James Foley and the end of the Powell doctrine

It’s not entirely his fault. The Obama administration would argue, rightfully, that these conflicts are complicated and not easy to solve. It didn’t intervene forcefully in Syria to arm the moderates because it was complicated. It didn’t follow-up in Libya because it was complicated. Ukraine is REALLY complicated, and Putin’s intimidating in person.

That’s been the entire problem with Obama’s foreign policy and with the Powell Doctrine from the beginning — most problems are complicated. That’s why they’re problems. Unless you have an enemy who’s read the script, like Saddam in 1990, the result of your doctrine is going to be doing a lot of nothing. When you’re the superpower, nothing feeds disaster. Nothing in Syria fed the Islamic State (ISIS), which grew and metastasized until it massacred Yazidis and beheaded the American journalist James Foley, and thus couldn’t be ignored any more.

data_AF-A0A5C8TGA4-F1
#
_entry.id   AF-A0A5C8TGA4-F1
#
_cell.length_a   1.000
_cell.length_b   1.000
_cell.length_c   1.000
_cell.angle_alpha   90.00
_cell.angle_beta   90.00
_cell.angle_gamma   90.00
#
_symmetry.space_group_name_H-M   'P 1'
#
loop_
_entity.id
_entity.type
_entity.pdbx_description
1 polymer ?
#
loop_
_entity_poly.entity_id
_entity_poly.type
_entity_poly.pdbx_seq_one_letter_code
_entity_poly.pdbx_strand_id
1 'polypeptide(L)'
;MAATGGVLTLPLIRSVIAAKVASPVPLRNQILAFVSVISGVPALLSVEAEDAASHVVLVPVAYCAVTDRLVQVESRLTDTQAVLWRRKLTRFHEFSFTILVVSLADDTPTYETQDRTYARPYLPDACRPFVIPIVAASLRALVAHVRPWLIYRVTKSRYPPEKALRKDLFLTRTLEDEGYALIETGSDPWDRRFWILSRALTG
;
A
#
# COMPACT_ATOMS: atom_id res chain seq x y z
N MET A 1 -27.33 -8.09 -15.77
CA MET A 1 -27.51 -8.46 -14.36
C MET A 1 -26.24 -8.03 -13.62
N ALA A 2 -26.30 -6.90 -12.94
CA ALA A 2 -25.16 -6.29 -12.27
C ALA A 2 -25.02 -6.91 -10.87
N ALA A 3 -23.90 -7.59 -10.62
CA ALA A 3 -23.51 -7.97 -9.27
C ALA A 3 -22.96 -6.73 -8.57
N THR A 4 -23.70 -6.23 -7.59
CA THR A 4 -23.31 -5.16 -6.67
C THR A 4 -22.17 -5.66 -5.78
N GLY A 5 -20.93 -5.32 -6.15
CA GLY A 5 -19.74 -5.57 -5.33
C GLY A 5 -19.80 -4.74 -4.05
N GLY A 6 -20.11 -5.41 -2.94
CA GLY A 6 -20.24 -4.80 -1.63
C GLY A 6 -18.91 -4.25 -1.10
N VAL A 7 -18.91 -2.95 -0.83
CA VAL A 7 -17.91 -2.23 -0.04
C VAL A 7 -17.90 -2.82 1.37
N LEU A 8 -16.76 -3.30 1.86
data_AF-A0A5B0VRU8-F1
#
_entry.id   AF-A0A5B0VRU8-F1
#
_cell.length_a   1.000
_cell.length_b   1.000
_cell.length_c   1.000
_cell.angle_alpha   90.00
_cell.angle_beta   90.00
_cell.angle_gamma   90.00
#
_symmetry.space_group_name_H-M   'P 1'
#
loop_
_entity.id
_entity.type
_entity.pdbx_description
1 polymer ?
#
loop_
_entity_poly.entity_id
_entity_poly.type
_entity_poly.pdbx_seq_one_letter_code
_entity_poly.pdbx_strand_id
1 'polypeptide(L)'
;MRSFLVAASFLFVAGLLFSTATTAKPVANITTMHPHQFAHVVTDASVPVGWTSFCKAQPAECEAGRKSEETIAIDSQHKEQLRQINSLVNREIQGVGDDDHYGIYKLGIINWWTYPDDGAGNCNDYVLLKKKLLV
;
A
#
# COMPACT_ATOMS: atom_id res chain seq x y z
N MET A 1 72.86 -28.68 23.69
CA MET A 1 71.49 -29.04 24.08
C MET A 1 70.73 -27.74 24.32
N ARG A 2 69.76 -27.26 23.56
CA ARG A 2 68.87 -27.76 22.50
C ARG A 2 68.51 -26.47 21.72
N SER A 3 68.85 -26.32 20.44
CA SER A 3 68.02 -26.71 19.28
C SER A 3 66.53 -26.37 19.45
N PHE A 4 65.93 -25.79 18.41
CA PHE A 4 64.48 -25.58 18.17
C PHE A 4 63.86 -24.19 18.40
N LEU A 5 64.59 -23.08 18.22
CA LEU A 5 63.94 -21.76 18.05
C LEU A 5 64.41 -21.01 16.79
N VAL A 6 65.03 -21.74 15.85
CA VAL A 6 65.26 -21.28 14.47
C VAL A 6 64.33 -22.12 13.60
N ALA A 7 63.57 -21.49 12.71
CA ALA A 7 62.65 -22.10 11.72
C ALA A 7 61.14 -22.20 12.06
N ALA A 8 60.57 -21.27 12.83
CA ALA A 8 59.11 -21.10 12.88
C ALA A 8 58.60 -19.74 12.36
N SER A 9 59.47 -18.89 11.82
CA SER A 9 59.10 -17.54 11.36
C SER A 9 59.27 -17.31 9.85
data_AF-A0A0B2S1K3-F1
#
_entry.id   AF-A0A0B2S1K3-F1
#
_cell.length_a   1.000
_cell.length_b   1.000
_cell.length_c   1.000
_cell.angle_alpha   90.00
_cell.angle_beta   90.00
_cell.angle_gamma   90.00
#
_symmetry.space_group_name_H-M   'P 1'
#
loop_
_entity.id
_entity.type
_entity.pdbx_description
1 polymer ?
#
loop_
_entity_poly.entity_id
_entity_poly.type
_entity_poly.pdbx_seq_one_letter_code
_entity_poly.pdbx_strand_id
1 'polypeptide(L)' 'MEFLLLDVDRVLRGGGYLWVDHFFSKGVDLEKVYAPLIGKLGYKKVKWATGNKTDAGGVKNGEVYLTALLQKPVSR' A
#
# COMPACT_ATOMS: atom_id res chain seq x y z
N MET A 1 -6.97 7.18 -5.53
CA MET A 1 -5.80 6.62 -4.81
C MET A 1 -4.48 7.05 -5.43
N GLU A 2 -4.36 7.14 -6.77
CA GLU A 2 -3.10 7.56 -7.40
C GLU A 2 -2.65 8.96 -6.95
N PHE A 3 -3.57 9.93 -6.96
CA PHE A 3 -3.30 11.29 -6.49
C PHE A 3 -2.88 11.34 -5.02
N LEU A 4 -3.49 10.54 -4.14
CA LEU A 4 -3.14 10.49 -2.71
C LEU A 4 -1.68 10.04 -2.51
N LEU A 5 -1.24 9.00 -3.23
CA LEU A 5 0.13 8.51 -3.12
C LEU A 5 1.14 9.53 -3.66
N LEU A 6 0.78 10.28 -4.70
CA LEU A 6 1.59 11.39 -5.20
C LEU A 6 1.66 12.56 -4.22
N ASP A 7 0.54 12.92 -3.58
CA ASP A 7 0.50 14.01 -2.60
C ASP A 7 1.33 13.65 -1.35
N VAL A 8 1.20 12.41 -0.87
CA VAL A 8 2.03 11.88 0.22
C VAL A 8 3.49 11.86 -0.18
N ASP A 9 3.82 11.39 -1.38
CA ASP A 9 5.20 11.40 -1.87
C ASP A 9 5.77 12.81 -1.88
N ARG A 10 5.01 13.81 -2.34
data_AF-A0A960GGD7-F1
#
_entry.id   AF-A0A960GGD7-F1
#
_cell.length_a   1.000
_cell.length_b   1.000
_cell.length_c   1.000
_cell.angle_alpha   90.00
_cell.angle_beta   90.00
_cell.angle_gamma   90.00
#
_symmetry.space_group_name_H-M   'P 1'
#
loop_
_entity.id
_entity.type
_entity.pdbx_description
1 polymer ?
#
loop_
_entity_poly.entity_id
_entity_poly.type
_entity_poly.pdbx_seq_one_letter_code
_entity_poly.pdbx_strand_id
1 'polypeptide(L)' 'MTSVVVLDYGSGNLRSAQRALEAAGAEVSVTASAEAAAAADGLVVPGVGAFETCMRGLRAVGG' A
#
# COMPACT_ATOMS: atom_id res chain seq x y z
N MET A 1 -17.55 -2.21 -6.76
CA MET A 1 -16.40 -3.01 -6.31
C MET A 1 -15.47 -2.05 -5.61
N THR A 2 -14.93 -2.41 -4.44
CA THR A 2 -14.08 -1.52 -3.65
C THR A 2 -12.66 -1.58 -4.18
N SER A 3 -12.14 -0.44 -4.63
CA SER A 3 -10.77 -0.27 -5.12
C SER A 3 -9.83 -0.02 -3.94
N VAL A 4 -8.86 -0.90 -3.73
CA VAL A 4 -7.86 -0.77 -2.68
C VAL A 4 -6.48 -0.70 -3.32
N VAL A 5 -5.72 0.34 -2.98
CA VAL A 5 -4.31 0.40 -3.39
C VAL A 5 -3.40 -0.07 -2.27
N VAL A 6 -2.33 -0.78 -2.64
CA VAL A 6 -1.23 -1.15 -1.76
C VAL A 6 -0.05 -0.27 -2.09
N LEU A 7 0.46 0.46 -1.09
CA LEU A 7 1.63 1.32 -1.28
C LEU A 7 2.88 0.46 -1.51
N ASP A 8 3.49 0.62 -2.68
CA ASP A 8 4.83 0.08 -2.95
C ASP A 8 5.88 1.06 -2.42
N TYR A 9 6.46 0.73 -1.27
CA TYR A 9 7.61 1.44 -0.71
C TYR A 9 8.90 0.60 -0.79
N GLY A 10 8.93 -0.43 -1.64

The White House finally understands this, and has, however post-iceberg, begun to change course. President Obama’s announcement that the Iraq operations were going to be a “long-term project” to ensure that Islamic State militants could not “cripple a country” was a welcome dose of reality. Not because anybody wants a war, especially a long war; but simply because some problems are complicated. In crises like Rwanda and Darfur and now Iraq, the Powell Doctrine doesn’t help us much. America can be hurt anyway. That’s why Obama has – rightfully – moved on.